Gov. Susana Martinez announced two appointments Friday to fill vacancies created by lawmakers who left the Legislature before the end of their terms.
Martinez appointed former State Rep. James White, an Albuquerque Republican, to fill the vacancy in Senate District 19. Sen. Sue Wilson Beffort announced her resignation earlier this year. The veteran Senator from Sandia Park previously announced that the 2016 regular legislative session would be her last. Martinez highlighted White’s nearly three decades as an officer in the U.S. Air Force. In the House, Martinez appointed a Democrat to fill the House seat of former Speaker of the House Ken Martinez.
The Bernalillo County Commission’s Thursday decision to vote down two ballot initiatives was seemingly based less on space and more on ownership. A majority of the commission spoke against adding two Albuquerque ballot initiatives, citing ballot space and saying the proposals should be on Albuquerque municipal ballots instead of county-managed ballots. Commissioner Wayne Johnson said he wasn’t comfortable with carrying city proposals on the county-managed ballot without an explicit process. “Until we have a process that is clear, it’s far smarter for us to just not place either items on the ballot,” Johnson said. At issue were two initiatives city councilors wanted to go before Albuquerque voters.
The second morning in the preliminary hearing regarding the New Mexico Attorney General’s case against former Senator Phil Griego included testimony from a former Speaker of the House about a real estate deal that the AG’s office said broke state law. Rep. Ken Martinez, D-Grants, took the stand on Wednesday morning and answered the prosecution’s questions about his knowledge of the real estate deal that ultimately lead to Griego’s resignation. According to his testimony, Martinez had at least one conversation with Griego about the now-infamous sale of a state-owned building. “It appeared to me that he wanted the deal done as quickly as possible,” Martinez told the court. In question was a meeting held after the 2014 legislative session aimed at putting final approval on the sale.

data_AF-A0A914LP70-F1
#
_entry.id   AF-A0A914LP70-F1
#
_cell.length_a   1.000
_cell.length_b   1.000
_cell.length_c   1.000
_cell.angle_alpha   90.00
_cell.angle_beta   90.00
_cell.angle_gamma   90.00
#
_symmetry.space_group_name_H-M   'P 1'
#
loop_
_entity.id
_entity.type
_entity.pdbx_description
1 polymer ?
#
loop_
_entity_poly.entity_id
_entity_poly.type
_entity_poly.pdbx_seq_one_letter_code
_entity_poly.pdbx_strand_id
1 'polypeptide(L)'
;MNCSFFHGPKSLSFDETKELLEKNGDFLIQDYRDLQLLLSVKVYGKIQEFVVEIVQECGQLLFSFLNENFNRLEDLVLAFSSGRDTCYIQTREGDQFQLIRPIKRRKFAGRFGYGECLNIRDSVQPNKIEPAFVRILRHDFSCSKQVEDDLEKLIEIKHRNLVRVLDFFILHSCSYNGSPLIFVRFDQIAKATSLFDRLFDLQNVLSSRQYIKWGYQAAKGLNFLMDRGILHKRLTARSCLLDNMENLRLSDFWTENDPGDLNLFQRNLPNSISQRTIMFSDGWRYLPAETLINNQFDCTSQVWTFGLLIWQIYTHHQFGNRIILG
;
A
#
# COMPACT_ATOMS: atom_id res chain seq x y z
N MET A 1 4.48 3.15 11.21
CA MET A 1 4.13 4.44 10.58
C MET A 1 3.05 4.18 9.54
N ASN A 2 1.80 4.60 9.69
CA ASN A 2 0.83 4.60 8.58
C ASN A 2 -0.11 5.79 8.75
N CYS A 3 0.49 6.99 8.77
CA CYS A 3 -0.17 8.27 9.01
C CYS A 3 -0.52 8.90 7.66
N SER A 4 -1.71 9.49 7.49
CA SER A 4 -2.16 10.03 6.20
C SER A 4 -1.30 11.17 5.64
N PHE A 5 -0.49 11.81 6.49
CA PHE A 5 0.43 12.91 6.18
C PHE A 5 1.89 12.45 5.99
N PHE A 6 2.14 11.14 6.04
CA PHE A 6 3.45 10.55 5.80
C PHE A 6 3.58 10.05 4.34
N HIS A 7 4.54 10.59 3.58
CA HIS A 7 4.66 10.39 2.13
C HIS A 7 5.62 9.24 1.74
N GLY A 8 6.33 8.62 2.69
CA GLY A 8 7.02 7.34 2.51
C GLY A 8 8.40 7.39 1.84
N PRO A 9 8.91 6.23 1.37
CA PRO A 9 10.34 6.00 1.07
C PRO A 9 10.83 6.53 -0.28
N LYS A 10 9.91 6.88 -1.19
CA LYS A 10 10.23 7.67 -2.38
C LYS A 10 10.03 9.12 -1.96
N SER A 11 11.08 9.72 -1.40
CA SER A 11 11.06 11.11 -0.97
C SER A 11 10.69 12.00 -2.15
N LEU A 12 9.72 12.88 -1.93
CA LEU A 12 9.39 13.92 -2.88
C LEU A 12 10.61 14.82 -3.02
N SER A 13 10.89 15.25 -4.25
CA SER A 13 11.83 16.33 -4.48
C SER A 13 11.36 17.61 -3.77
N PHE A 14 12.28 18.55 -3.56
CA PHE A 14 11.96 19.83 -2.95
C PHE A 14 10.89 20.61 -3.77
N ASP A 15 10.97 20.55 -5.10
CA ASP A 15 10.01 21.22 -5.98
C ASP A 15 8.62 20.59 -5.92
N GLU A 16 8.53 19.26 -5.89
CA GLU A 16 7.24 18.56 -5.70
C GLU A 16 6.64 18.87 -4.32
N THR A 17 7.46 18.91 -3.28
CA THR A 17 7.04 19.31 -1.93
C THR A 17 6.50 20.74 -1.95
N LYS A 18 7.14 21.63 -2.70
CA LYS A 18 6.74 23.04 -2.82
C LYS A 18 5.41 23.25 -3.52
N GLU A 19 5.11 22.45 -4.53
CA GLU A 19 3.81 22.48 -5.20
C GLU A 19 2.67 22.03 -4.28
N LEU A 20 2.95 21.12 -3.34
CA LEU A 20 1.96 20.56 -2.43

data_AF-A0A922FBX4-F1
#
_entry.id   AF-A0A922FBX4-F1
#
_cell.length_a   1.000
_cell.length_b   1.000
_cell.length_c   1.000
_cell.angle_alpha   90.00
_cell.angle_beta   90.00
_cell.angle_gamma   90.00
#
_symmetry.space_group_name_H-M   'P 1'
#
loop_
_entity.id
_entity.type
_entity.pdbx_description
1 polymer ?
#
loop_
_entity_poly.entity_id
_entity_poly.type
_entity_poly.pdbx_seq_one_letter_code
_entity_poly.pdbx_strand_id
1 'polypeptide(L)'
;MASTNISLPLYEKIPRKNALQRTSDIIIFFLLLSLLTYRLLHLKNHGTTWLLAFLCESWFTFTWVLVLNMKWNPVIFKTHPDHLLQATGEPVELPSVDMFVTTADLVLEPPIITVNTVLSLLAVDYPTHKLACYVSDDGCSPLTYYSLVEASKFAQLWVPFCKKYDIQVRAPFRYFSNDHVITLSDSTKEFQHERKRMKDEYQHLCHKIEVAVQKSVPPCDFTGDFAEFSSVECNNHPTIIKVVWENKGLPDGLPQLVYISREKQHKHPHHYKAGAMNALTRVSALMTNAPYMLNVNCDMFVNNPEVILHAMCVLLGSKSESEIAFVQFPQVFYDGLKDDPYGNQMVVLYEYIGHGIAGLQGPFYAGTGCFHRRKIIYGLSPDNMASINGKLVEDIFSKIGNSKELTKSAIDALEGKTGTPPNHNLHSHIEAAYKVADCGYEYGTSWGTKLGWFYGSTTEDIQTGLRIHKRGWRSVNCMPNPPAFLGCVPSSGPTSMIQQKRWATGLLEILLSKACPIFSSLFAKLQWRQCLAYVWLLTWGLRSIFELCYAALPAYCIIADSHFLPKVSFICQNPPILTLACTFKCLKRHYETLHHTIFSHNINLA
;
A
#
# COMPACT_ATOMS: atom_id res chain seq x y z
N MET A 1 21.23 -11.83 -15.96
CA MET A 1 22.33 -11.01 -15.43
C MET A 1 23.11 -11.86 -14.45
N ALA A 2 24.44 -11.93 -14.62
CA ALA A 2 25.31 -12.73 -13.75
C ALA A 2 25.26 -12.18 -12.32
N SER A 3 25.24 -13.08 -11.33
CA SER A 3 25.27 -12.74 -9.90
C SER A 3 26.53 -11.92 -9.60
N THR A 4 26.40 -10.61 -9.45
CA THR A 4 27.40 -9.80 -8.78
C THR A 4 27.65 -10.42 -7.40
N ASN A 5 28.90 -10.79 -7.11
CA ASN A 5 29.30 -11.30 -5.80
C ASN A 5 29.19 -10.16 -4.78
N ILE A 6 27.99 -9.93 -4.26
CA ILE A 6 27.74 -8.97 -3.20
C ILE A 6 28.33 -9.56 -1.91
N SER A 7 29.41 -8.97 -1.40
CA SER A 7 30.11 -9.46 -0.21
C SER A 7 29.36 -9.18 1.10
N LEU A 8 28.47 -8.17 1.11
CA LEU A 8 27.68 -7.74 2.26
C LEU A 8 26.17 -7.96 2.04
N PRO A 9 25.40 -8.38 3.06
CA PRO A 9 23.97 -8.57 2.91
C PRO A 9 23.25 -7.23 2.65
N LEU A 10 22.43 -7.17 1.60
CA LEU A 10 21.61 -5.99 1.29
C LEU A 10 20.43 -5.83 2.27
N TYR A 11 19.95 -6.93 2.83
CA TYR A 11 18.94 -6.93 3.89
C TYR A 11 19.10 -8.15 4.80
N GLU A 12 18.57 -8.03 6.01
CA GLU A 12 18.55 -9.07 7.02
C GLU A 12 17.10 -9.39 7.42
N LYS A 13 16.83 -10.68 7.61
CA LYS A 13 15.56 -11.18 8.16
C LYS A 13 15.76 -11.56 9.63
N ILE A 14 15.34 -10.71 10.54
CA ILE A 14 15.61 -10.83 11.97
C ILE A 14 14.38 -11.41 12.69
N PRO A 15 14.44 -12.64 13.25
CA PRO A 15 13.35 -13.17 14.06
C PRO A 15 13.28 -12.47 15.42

Prosecutors with the New Mexico Attorney General’s office, a group of legislators, legislative support staff and one journalist are set to testify in the case against former New Mexico State Senator Phil Griego next week. According to a document filed by an attorney for the Legislative Council Service (LCS) earlier this week, 14 legislators and administrative staff who were called to testify are represented by Thomas Hnasko, counsel for LCS. Hnasko told NM Political Report that’s hard to say who if anyone he represents will decline to answer questions based on a speech and debate clause from state law that protects legislators from consequences on actions they make as legislators. He added that he doesn’t foresee many problems with lawmakers answering questions in court. “All legislators want to be as open as possible,” Hnasko said.
A Bernalillo County commissioner wants the county attorney to investigate donations to a political action committee supporting two candidates for county commission. New Mexicans for New Mexico PAC recently drew controversy for its donors’ affiliations with the Santolina planned development, a project on Albuquerque’s westside whose developers are asking the county to approve 80 subsidies for the next several decades. The PAC sent mailers supporting District 2 candidates Steven Michael Quezada and Robert Chavez and has repeatedly targeted Adrián Pedroza, the candidate most outspokenly critical of Santolina. The PAC also funded billboards for Quezada touting his “Breaking Bad” credits. Commissioner Debbie O’Malley, a supporter of Pedroza, wants an investigation into whether certain donations to the PAC violate county campaign finance rules.